In the immediate aftermath of the sixth episode of The Mandalorian, I’m excited. It was great fun watching the second half, with plenty of tense action and twists. We have some of the greatest fight scenes of the season, with the Mandalorian really showing off all his abilities. There’s a tense game of deadly hide-and-seek involving the child. We get glimpses of the state of the larger galaxy, both in the criminal underworld and in the Republic. We also get a few more hints about the Mandalorian’s past. And I was delighted by the presence of so many enjoyable actors: Richard Ayoade, whom I remember fondly as Moss from The IT Crowd, voices an arrogant mercenary droid; Clancy Brown, who voiced Savage Oppress (among other Star Wars characters), plays the hulking Devaronian muscle on the team; Mark Boone Junior, memorable as Bobby in Sons of Anarchy, plays the outlaw crew leader who throws together the operation; and the directors of other Mandalorian episodes cameo as X-Wing pilots. Then there are the actors I didn’t recognize, who you might, like Natalia Tena (whose roles include Nymphadora Tonks from the Harry Potter films) and Matt Lanter (whom I did not recognize in his small though crucial part as a scared security guard in this episode, and who voiced Anakin Skywalker in The Clone Wars).
But I remember how I felt during the first part, when Mando fills in the last spot of a five-person job to bust a target out of a New Republic prison ship. During those opening moments, our hero (or antihero) felt more like a silent video game protagonist than usual. As we were introduced to characters along with Mando, we learned that some knew him and some didn’t, some hated him and some liked him; the other characters traded verbal jabs, made jokes, and eluded to shady pasts. Meanwhile, Mando did a whole lot of staring silently through his helmet. We’ve seen this plot many times before too, in television episodes (not to mention series) and films and video games and books: a group of undesirables gets together for a job that should be simple, and then things go wrong. The episode doesn’t set the characters up much–they’re archetypes. The boss putting the job together has seen it all and is too old to go out on jobs himself anymore; the point guy is agitated and arrogant; the pilot is an aloof and brilliant droid that no one else fully trusts; the muscle is exactly that, big and mean; and then there’s the acrobat archetype, who is also the only female in the episode, written as a “sexy psychopath” like Harley Quinn. At first, they felt like unlikable versions of characters in The Fast and the Furious, Guardians of the Galaxy, or Suicide Squad–though one of the things I liked about the episode is that the second half shows that they are supposed to be unlikable, that they’re not good people.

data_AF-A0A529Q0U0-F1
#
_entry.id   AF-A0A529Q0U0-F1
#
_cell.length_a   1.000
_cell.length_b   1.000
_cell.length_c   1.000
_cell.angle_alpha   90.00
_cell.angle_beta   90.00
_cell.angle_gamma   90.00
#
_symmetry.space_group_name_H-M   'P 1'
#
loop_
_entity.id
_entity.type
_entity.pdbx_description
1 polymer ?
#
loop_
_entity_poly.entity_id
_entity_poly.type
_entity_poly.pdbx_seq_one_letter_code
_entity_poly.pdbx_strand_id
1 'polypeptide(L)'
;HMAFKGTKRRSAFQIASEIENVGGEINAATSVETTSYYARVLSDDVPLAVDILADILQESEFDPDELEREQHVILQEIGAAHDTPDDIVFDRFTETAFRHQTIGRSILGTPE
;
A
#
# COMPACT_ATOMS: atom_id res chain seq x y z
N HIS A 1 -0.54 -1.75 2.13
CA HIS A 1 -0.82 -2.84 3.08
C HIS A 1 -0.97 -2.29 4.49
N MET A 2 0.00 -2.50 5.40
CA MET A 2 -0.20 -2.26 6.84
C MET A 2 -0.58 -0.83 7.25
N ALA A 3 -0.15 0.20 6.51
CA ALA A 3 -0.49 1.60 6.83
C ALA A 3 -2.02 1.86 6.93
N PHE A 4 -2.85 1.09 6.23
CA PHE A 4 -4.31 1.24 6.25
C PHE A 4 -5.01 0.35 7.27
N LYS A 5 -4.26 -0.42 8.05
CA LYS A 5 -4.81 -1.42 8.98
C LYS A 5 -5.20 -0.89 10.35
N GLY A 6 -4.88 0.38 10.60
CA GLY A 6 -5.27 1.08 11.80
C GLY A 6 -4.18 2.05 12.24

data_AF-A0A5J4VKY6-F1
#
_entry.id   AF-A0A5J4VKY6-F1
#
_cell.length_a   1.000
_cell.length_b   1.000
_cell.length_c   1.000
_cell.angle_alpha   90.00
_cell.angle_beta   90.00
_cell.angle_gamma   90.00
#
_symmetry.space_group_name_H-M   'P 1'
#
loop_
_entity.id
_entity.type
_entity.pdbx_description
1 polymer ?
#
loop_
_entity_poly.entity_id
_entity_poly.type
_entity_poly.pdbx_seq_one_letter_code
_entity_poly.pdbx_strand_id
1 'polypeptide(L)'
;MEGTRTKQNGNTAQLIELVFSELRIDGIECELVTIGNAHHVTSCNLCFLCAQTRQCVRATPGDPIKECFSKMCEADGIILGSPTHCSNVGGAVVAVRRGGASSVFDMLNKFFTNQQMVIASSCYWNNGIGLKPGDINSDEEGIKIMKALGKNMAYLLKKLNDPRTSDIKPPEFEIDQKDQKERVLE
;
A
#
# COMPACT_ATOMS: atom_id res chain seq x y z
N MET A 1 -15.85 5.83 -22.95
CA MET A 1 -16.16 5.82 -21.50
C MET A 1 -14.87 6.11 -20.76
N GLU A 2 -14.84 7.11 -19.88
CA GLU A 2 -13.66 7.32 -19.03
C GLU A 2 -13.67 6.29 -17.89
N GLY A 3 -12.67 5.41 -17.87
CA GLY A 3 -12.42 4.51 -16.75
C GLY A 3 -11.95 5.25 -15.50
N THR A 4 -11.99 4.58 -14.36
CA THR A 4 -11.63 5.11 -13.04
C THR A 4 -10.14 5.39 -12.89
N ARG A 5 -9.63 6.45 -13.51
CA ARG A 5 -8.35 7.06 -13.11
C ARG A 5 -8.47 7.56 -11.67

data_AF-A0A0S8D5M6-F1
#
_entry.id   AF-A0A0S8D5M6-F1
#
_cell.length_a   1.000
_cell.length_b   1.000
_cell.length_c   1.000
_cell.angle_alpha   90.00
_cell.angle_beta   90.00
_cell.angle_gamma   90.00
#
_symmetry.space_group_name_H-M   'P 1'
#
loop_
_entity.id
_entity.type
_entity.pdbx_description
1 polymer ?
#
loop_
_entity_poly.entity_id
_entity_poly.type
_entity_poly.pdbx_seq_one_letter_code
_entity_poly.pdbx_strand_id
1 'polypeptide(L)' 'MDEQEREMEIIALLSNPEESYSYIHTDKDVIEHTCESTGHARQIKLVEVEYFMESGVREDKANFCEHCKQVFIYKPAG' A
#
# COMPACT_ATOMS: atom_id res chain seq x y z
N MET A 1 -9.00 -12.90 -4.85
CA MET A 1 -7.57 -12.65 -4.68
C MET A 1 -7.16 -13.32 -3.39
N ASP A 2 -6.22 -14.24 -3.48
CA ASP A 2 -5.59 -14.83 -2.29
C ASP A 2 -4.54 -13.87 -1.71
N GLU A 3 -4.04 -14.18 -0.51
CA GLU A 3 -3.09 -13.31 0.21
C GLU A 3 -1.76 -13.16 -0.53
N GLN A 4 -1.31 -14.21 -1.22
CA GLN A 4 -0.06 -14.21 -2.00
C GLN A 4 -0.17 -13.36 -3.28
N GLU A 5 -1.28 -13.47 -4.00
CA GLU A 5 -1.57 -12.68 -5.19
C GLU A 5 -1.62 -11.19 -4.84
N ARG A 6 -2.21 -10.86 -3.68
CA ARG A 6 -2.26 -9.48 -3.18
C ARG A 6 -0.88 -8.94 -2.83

More than anything else, the biggest flaw of this episode is that it doesn’t really progress the show in any way. The show in general is slow-paced in addressing its overarching narrative concerns, more focused on episodic adventures. This episode attempts to demonstrate that the Mandalorian is a changed man now (while also showing how much he hasn’t changed), but we’ve really already seen this in all of the previous episodes. Perhaps he hasn’t had to directly confront his past since turning his back on the guild, but it still felt superfluous, thematically covering content similar to that of the immediately preceding episode. Other than that, we know that others will still betray Mando to get the kid, that Mando has no safe harbor, and that the kid won’t be safe until the bounty hunters’ guild is dealt with. These are things we already knew. I had fun watching the episode, and I was stoked by the end of it, but I’m a little disappointed that it feels like the full eight episodes of the first season are going to be spent simply tying up loose ends with the bounty hunters guild. I’m happy to see Mando taking on odd jobs and dealing with political and interpersonal spaces directly altered by his decisions at the start of this season, but I’d like to get through some of the central conflicts left unresolved from the beginning. At the same time, with only 8 episodes averaging just over a half-hour in length, compared to a traditional action-drama with perhaps 13 (or even 22) episodes running 45 minutes to an hour, I recognize that I must seem impatient with what has in fact been fairly economical storytelling. At some point, though, the show has to do something else other than telling us the same thing over and over again.